Hydraulic Bottle Jack is harder to move in and out under a vehicle and they require more space between the floor and the bottom of the vehicle for clearance. You can't even begin to fit a bottle jack under most average size vehicles as there isn't enough room under the frame.
Also, as you raise a vehicle up there is movement since the vehicle raises in an arc motion. A bottle jack is stationary and therefore it could result in the vehicle slipping off of the lift point or the jack tipping. Floor jacks often have wheels and can slide to prevent any movement.
Add to this that floor jacks have longer handles allowing for faster jacking action and that they generally have a larger range of motion (a 5" tall floor jack might have 15" or more of lifting height for example)... it just seems they are better for working on vehicles.
Bottle jacks have their purposes - but it is generally on heavier equipment or stationary uses such as raising a building or acting as temporary support for a structure. Floor jacks are just better and more efficient for working on the average vehicle, so that is likely why you tend to see more of them in garages.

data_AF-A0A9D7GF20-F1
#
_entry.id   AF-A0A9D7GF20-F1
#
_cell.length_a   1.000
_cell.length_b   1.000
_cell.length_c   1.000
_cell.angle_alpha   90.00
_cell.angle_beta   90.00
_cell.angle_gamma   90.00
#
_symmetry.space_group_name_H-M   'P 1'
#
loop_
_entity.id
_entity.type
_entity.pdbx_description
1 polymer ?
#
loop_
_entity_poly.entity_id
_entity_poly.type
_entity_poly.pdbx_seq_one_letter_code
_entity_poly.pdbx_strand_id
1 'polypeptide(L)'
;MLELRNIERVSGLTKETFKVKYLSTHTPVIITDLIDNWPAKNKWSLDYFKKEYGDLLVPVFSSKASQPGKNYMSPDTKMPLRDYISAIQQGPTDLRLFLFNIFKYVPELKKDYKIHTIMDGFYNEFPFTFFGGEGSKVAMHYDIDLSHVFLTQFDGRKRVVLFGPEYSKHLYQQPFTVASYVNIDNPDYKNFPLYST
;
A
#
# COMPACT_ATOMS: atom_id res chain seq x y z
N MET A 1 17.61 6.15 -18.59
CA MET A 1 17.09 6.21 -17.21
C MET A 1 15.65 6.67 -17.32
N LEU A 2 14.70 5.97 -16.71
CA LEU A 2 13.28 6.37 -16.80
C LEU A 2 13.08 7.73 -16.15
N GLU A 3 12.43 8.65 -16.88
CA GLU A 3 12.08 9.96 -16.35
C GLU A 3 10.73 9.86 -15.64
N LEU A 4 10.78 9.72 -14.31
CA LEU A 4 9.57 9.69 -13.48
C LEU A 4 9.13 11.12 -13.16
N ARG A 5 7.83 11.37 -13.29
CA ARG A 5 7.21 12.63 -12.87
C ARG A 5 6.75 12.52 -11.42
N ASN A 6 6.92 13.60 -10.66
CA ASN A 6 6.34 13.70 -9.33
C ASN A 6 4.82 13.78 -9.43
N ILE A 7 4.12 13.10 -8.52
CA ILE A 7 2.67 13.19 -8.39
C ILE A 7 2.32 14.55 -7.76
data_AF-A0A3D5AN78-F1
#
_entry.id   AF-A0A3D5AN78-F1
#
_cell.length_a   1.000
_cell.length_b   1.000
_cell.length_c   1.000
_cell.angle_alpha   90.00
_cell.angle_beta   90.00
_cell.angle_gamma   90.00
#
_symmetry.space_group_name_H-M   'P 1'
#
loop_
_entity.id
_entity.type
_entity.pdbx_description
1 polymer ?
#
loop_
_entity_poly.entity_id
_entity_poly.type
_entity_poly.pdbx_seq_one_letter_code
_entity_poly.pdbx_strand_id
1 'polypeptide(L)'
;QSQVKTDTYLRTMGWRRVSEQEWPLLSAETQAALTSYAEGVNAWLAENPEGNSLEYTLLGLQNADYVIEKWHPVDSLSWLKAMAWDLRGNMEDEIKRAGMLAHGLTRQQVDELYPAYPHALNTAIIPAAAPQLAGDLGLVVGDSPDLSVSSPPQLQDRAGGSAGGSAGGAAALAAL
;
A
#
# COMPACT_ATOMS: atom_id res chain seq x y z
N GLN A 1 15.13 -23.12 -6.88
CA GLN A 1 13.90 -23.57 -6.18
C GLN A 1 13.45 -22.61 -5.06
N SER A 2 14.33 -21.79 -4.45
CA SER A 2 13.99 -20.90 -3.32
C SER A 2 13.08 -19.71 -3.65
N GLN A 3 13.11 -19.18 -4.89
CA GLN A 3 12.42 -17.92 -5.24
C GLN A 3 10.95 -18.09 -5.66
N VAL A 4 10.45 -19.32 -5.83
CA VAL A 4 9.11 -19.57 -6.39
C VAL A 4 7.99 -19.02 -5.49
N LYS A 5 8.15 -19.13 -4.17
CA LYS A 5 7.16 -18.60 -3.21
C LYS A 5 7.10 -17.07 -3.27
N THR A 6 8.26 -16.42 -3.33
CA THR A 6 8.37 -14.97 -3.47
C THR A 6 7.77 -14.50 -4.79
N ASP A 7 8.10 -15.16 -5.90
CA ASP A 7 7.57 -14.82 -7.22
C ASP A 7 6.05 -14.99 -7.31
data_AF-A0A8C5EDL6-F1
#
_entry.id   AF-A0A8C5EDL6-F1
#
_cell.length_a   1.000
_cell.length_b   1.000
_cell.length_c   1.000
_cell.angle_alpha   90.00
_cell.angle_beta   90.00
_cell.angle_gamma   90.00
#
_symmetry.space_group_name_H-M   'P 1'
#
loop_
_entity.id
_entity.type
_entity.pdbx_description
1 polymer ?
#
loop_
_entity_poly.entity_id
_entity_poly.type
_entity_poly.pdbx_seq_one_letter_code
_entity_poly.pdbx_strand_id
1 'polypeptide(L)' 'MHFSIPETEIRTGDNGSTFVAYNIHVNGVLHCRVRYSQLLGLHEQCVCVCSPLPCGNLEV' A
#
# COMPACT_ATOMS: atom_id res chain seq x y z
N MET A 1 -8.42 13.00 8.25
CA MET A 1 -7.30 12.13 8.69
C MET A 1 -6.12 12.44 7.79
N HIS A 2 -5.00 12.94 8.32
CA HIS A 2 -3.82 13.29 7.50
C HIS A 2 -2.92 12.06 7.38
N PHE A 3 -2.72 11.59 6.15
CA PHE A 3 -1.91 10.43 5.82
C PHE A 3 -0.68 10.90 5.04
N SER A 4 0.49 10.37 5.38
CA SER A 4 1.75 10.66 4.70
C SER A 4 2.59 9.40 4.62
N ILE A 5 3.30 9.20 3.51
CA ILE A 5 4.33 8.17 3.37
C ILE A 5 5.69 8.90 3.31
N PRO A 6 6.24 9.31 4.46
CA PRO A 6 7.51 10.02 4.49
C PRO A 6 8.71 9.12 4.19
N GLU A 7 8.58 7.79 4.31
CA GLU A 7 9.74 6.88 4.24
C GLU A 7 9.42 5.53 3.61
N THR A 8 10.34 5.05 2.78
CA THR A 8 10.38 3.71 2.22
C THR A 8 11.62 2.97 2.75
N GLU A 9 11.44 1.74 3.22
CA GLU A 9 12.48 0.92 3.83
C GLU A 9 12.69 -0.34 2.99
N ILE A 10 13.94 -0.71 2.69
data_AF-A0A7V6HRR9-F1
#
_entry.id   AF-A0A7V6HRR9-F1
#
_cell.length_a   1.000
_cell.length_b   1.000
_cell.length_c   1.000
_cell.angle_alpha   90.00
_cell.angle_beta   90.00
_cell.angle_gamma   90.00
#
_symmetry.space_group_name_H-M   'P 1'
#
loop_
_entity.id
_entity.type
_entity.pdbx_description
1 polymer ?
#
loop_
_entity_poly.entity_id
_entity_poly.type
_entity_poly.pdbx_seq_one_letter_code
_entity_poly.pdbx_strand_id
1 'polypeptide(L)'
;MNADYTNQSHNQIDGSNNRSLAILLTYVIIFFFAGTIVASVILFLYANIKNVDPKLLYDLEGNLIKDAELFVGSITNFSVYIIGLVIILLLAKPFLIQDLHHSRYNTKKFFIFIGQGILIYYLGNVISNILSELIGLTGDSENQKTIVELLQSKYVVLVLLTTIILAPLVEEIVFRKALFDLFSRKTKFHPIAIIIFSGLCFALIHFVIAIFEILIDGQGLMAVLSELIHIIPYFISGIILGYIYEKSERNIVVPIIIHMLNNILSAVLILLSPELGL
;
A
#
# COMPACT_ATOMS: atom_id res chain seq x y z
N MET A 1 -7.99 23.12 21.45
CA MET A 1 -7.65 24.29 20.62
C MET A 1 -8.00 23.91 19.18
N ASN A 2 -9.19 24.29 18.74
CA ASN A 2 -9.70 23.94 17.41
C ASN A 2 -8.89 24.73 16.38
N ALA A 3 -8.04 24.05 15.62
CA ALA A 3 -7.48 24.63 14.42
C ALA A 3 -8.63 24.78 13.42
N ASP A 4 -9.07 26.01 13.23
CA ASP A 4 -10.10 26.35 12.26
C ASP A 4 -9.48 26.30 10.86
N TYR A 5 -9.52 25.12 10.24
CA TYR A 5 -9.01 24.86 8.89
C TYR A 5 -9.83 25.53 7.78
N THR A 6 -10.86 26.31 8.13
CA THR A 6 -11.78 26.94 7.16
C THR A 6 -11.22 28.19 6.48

And floor jacks are much faster/easier to use, IME. I have both (two of each, actually), and I almost never use the bottle jacks. (Last time I did was to compress the suspension on my Jeep by jacking the spindle while the axle was already lifted and on jack stands.)
Bottle jacks have there places but for shop use its always gonna be Floor Jack 3T , For the many reasons already discussed. Where bottle jacks come into play are for Large machinery anything over 5 ton its more economical to use considering a "Quality" 10 ton floor jack runs $2500 where you can get the same "Quality" 20 ton bottle jack for around $200 or less. Next reason of thought is, if you have a flat tire on a grain truck your not gonna pack a 500lb floor jack around with you. They have there uses and people who use them every day would argue that they are more handy than floor jacks.